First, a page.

As real estate values keep losing ground, many are still asking why. The answer may not be what everyone wants to hear. The questions will remain, as predictions of a recovery are still not reflecting any positives for the average consumer. Who doesn't have a family member who is suffering from either being jobless, or if still employed fears for the loss of their job?
Everyone lives in a piece of real estate. Everyone works in a real estate investment. What will it really take for a buyer to buy a home once again? No, I am not talking about a short sale. Why don't the feds and their economists see that this is another huge red flag for the mortgage industry? If I could, I'd stop the feds from allowing this to go on and tell them that this should stop immediately. The upside is home inventory is slowly being sold off, but at whose expense? The average homeowner who is in good standing (no there are not many) needs to know how the system really works.
I am Mrs. Homeowner. In about 5-8 years, I want to become Mrs. Home Seller. Now, in my neighborhood there are foreclosures galore. There are a few homeowners who are trying to sell for the normal reasons, such as downsizing, family changes, relocation and job change. So the homes that are selling are from short sales. They are being sold for less because of the mortgage meltdown. So as Mrs. Homeowner, when I am ready to sell, could the full value of my home be recognized or will buyers want my home for less? Who makes the decision on the value of my home? Is it my realtor?
Actually it is your buyer, Mrs. Homeowner. Your agent and you can set the price wherever you want but it is your buyer who offers you a contract, and it is the price that you settled upon that will dictate the sales price. Then it is the real estate appraiser who will value the property. They have had their own challenges in these times as well. Now the real estate taxes of the homes that are selling in these short sales seem so much higher than mine are right now. What is the real tax base for homes like mine? There are so many unanswered questions in these markets.
How can the real estate investment become a good value again? Are short sale techniques considered sustainable methods to turn around the real estate market? Is common sense a lost character trait in today's business minds?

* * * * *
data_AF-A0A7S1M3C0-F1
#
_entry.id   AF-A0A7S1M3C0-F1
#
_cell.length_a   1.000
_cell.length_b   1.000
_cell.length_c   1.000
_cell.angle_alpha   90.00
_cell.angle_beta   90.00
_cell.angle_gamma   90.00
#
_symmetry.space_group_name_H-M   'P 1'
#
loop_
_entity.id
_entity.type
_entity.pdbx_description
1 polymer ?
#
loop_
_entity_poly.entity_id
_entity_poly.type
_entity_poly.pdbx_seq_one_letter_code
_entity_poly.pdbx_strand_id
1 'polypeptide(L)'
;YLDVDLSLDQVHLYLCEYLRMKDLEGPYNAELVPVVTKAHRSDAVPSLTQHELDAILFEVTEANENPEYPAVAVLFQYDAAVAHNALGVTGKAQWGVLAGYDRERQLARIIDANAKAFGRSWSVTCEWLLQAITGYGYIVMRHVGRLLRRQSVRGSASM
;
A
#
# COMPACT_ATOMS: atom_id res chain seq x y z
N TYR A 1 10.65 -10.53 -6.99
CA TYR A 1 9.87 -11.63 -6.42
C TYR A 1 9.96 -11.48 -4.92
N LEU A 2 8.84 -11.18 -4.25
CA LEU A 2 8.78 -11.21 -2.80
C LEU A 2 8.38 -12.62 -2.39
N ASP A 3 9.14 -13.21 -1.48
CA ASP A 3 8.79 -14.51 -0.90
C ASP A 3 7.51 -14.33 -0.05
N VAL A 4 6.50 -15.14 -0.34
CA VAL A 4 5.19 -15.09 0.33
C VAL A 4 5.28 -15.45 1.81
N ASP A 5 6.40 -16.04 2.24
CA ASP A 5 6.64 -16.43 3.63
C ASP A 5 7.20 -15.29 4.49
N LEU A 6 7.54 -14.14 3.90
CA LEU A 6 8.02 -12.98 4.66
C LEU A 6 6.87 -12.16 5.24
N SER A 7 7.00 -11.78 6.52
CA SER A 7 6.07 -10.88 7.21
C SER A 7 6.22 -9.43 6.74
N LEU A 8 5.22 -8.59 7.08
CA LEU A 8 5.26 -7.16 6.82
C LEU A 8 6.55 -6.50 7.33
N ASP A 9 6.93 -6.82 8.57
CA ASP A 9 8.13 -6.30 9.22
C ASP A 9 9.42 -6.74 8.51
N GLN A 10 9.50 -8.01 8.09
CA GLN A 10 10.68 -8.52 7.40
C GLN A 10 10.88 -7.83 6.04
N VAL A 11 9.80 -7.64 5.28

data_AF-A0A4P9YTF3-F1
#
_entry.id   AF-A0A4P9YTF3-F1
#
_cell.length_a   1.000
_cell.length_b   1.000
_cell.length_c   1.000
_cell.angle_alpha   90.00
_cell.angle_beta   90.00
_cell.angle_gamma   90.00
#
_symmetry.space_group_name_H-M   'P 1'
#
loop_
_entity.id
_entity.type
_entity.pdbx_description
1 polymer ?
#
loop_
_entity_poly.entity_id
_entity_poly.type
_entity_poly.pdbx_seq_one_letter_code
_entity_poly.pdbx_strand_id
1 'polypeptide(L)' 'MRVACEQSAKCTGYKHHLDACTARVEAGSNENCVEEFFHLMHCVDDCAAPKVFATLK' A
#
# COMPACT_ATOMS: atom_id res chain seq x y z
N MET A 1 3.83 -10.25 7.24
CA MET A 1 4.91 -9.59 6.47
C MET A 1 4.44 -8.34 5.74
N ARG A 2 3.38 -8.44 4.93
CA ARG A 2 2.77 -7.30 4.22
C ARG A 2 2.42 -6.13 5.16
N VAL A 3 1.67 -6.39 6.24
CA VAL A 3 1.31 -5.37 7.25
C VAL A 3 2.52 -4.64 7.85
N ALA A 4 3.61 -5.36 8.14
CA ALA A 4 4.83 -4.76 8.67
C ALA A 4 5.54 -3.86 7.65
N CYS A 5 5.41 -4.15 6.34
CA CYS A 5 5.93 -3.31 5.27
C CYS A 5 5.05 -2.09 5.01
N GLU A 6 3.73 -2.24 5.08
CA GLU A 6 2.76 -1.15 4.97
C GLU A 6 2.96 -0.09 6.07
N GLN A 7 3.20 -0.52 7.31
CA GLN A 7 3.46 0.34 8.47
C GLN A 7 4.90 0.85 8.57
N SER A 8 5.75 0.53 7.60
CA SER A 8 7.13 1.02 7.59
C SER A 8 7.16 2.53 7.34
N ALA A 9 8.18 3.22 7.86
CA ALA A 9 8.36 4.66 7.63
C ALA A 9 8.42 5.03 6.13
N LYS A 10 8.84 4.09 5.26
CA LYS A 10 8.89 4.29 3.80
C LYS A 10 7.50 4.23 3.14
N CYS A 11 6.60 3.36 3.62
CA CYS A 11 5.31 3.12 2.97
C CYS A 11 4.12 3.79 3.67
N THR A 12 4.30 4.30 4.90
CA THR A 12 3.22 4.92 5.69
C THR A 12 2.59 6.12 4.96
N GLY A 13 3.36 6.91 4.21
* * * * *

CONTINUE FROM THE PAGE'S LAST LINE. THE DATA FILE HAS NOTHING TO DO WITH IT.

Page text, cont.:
As a green real estate educator and someone who has completed close to 400 real estate transactions successfully, the word sustainable should be a key in any plans or suggestions to turn the real estate markets around as well. Can we all agree, "it is not business as usual anymore"? The rules are changing and nothing is as it seems anymore. We hear of food prices going down, but no one will admit packaging from manufactures is smaller. There are no more half gallons of ice cream. Look closer. Loaves of bread are smaller. We are in an economic downturn that needs drastic measures and we need them now.
Here's my suggestion on how the real estate market can be turned around: If I showed you a home that had a utility bill that is 45% less than others in a neighborhood, would you have interest? If I showed you a home, priced within $10,000 of others in a neighborhood, that documented smarter use of appliances and the materials used to renovate it or build it were not producing harmful chemicals than the neighbors' homes were, would you want to know more? If you learn freshly painted smell is not good for your family, would you have wanted lower toxic paints? If this home were not hurting the environment as much, was within walking distance of schools and the park, would this be of interest?
Suppose rainwater was being recycled and the association fees were including no restrictions if you wanted to add solar panels when the prices come down, would you have interest? What about if this home had an energy audit documenting low energy use? Talk about sustainable steps to create lasting and sellable value. Then the competition really becomes "healthy" competition.
The real estate investment sector needs help. It needs a better product in more ways then one. Just lowering rates will not do it. Having a 3% interest rate and thousands off to renovate green would be a few steps in the right direction.
Now, I am a staunch Republican and proud of it. The way our president is addressing these issues is not the way to do this. Incentives are good, but give them to companies who will hire and retrain those who are out of work. We are all ready for a new industrial revolution and it needs to first address those who will represent renewable products in the marketplace. If you build a new economy with incentives for small enterprise and big business, jobs will be created and the new industrial revolution can begin. Pardon the level of my simplistic explanation but this is how I see it.
Kerry Mitchell is the founder and course developer of Green Real Estate Education, which is on target to educate more than 20,000 real estate professionals in going green by 2010. Mitchell established the recognized certification for the real estate industry, the GCREP.GL. She worked for 14 years as a licensed real estate broker in Maryland and Florida, where she now resides.
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